Quite simply all money you and your partner earns will go directly into a joint account, and from there all the bills are paid, shopping and groceries are paid etc. Some couples will also have their own (savings) accounts where a fixed amount (either directly or percentage of earnings) will be transferred out to their own accounts for ‘special items’.. e.g. treats for themselves, birthday presents for their partner, habits (like smoking) etc…
This type of arrangement is the most ideal as it gives full financial freedom to both parties whilst ensuring responsibilities to the household are met.
The two ways these are usually abused:
- Where one partner will require the statements of the other’s personal account to checkup what money is being spent and where.
- When the relationship breaks down, and either the account is emptied or frozen by one party to abuse the other.
The second reason given is the most common why people seem not to use joint accounts in this way.
All money is kept separate with a join responsibilities account.
This is the method where your wages/earnings are paid into an account that is your sole responsibility and you have an agreement to pay either a fixed amount or percentage of your earnings into a shared account.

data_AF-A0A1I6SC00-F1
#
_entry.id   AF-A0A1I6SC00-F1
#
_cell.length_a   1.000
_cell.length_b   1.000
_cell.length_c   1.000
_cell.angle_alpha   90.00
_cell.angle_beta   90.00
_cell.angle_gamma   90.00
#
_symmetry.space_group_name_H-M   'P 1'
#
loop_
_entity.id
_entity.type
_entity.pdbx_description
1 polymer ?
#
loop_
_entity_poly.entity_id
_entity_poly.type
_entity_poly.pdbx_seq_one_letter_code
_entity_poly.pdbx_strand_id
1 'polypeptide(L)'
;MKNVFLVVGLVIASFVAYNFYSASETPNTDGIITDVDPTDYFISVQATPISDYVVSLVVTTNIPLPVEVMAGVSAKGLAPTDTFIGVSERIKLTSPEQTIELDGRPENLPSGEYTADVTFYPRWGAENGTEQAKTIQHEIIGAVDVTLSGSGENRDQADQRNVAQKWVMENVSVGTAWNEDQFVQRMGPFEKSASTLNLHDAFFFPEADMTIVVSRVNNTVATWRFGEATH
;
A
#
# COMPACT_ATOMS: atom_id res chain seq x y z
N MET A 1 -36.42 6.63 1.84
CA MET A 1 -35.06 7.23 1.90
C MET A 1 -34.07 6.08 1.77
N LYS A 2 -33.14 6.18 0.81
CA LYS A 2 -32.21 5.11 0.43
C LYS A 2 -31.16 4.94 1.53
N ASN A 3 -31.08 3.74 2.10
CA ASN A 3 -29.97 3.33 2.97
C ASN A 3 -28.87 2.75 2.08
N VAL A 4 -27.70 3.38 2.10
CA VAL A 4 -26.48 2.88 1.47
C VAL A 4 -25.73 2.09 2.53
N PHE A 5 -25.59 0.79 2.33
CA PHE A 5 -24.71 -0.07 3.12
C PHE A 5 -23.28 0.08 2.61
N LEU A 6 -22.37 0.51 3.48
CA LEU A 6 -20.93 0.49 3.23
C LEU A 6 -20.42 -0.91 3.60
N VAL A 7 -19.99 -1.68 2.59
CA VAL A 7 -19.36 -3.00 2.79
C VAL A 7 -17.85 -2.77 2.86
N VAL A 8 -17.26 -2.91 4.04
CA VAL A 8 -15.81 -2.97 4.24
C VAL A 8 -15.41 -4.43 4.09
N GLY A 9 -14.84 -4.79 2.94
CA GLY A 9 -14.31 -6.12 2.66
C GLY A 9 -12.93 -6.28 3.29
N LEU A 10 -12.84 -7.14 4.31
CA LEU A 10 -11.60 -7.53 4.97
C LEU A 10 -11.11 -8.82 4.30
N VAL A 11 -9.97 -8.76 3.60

This type of arrangement has a distinct advantage over the ‘All money is shared‘ method in that should things go wrong the other party cannot freeze your access to money. However, it also has the disadvantage that if you are not earning anything, you have no money that is not also shared. Of course it also suffers like all three methods if one partner is demanding details on payments made from personal accounts.
Personally I have had most of my relationships in this type of arrangement, those that weren’t where I was not living with the other person and the relationship had not gotten to the level where finances could be shared. This has been suggested at times that I could be controlling my partner (and indeed in some cases I was, blatantly, but with their full knowledge and reason (which is where I consider it not abuse.))